Letters for March 1, 2007
Re “Destination Dining” (Foodfinds, Feb. 15):
I’m calling about the article about Moody’s Bistro & Lounge. David Kidder wrote an article about the chef up there, Mark Estee. Let me tell you, David Kidder used to work for Mark Estee. For him to go up there and write an article for a professional publication about a friend and have it taken like that is the worst respect for a business I have ever seen in my life. And for him to write, “he’s one of the few chefs in the area who does this"—he doesn’t know what he’s talking about. For him to write an article like this, and for you to publish it is absolutely horrendous. I’m just totally disappointed with your magazine and the way this was done. This is absolutely appalling. Appalling.
Editor’s note: We called our writer about this, and he said that he has worked for Mark Estee, and they are friends. He says his opinions offered in the article were genuine. However, it is the policy of this newspaper that writers disclose conflicts of interest and personal relationships, which was not done in this case. Mr. Kidder, who is a professional chef, only a recent journalist, has been made aware of the policy and says he will disclose both positive and negative relationships in the future. We apologize for this breach of policy, and we thank the person who called to point it out. It should be noted that this person did leave his or her name and phone number, but, after speaking to the caller, we choose to withhold the name in order to maintain the caller’s privacy.
Fish have feelings, too
As we enter the season of Lent, Christians around the world will give up something as a sign of their faith. I suggest getting rid of meat, dairy, and eggs. More and more people, of all faiths, are celebrating the spirit of their holy days by extending their compassion to every living being—and leaving the broken bodies of animals off their plates.
Going vegetarian not only helps animals—it is the single best thing we can do for ourselves and our families. Healthy vegetarian diets support a lifetime of good health and provide protection against numerous diseases, including our country’s three biggest killers: heart disease, cancer and stroke. Well-planned vegetarian diets provide us with all the nutrients that we need, minus all the saturated fat, cholesterol and contaminants found in animal flesh, eggs, and dairy products.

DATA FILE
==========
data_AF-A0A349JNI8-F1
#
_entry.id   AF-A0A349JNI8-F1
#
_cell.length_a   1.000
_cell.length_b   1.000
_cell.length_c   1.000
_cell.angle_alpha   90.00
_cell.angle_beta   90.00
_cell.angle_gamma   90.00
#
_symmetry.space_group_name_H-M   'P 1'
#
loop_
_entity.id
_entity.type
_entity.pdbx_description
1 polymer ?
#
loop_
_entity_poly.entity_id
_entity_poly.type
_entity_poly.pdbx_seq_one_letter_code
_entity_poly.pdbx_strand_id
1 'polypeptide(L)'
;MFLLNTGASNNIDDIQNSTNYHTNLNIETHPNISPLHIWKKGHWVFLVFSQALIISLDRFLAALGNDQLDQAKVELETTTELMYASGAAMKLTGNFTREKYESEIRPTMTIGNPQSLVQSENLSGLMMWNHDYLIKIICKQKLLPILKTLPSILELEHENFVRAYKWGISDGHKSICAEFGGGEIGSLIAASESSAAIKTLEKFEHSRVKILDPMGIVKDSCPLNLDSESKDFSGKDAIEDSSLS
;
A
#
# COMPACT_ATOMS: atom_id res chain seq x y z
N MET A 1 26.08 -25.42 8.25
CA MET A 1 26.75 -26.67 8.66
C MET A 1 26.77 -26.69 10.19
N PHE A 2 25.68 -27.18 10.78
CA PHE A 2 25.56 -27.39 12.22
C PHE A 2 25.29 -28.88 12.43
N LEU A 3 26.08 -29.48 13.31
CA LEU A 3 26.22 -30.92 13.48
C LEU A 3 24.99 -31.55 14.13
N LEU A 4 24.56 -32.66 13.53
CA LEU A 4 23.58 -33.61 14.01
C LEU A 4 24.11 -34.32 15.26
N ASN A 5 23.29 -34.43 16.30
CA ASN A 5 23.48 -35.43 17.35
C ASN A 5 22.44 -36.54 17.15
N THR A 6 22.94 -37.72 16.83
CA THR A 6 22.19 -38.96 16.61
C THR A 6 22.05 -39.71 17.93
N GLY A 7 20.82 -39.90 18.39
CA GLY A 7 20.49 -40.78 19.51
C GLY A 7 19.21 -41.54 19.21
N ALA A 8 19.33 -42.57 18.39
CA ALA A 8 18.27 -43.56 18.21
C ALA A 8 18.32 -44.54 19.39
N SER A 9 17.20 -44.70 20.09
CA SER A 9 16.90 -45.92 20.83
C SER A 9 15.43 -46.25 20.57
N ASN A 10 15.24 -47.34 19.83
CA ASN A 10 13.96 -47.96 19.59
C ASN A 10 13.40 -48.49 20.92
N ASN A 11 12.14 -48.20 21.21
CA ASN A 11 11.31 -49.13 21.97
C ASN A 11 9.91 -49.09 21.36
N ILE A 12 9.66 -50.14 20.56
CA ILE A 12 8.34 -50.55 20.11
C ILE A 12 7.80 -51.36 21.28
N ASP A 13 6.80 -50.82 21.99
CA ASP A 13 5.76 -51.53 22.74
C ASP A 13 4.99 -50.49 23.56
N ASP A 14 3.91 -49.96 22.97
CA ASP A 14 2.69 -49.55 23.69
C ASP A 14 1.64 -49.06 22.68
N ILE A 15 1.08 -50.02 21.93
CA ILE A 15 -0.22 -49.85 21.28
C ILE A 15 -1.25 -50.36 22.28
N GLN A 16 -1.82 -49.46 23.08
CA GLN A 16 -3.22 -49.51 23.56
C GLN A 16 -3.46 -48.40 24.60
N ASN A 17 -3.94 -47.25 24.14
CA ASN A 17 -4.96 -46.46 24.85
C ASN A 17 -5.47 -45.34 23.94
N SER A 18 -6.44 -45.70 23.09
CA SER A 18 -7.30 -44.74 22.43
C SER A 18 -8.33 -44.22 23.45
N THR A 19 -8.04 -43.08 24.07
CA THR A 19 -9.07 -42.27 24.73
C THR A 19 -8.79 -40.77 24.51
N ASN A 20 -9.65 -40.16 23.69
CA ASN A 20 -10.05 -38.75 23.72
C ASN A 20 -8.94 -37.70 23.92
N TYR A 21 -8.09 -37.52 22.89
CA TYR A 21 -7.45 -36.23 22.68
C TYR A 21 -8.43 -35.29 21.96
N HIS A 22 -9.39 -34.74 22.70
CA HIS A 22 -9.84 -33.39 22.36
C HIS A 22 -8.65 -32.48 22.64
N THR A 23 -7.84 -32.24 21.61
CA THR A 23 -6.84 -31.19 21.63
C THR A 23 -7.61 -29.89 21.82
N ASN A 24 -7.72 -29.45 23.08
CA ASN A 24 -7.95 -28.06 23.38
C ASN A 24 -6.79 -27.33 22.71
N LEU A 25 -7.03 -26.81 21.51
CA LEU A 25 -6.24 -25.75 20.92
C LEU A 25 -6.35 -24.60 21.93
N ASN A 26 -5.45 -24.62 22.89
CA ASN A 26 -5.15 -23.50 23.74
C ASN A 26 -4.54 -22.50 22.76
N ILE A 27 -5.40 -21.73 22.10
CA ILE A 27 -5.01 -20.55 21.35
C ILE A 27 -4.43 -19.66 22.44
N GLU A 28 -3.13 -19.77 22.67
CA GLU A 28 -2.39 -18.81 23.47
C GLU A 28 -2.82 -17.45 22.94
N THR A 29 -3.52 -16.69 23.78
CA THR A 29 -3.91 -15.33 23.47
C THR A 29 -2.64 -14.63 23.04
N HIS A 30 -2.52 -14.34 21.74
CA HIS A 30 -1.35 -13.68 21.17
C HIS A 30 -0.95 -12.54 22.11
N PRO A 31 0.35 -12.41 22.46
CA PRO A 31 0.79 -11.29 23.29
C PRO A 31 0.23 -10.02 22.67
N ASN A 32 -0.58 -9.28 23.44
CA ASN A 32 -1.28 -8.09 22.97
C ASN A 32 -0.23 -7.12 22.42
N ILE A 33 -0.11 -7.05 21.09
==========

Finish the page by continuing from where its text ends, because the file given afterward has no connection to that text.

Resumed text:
Eschew false patriotism
Re “The real lawbreakers” (Editorial, Feb. 22):
Your editorial was excellent, making the point that blaming pop culture for the ills of society is foolish. However, the quotation you attributed to Justice Holmes, “Our government is the potent, the omnipresent teacher … it teaches the whole people by its example,” was written by Justice Louis Brandeis.
Brandeis wrote it in dissent in the 1928 Olmstead case in which the Supreme Court held that wiretapping did not violate the Fourth Amendment guarantee “against unreasonable searches and seizures.”
Brandeis was right. I think that the paragraph you quoted was one of the finest paragraphs ever written in a Supreme Court decision. It exemplifies what it truly means to be an American. It is not draping your house with a flag to show your patriotism. It is not putting a flag on your pickup truck.
Just one other dissent in Supreme Court history is probably better. It is In re Yamashita (327 U.S. 1. 1946). That dissent, written by Justice Frank Murphy, also repudiates false American patriotism and chauvinism. Murphy notes that “the immutable rights of the individual” belong to the victor as well as the vanquished on the battlefield. He concludes by paraphrasing Lincoln in his Second Inaugural address: “the noble ideal of malice toward none and charity to all.”
President Bush should read the Brandeis and Murphy dissents—not that he pays any attention to dissent.
Help for homeless pets
Last week was a wake up call for many in Nevada who watched as 200 people camped out in front of the Nevada Legislature in an effort to bring awareness to the plight of the homeless and what they face everyday. The demographics and facts on Nevada homelessness are appalling. Many homeless have pets that provide the homeless with emotional and physical comfort, loyalty that many homeless have lost with family and friends. Their pets are nonjudgmental. Sometimes their pets provide them safety from others who are violent or mentally ill. There are too few shelters, and they do not allow pets. These individuals have to choose between their pet and a roof over their head. The heartbreak is that these pets do not choose their owners. One solitary veterinarian hospital, Sierra Veterinary Hospital, helps pets of the homeless. They provide a collection site for pet food that is then picked up by a local food bank. The food bank distributes pet food to not only the homeless on the streets but to seniors, single mothers, people with low-paying jobs, veterans, young people, victims of domestic violence and families with pets. The program is called “Feeding Pets of the Homeless” and more veterinarians need to help.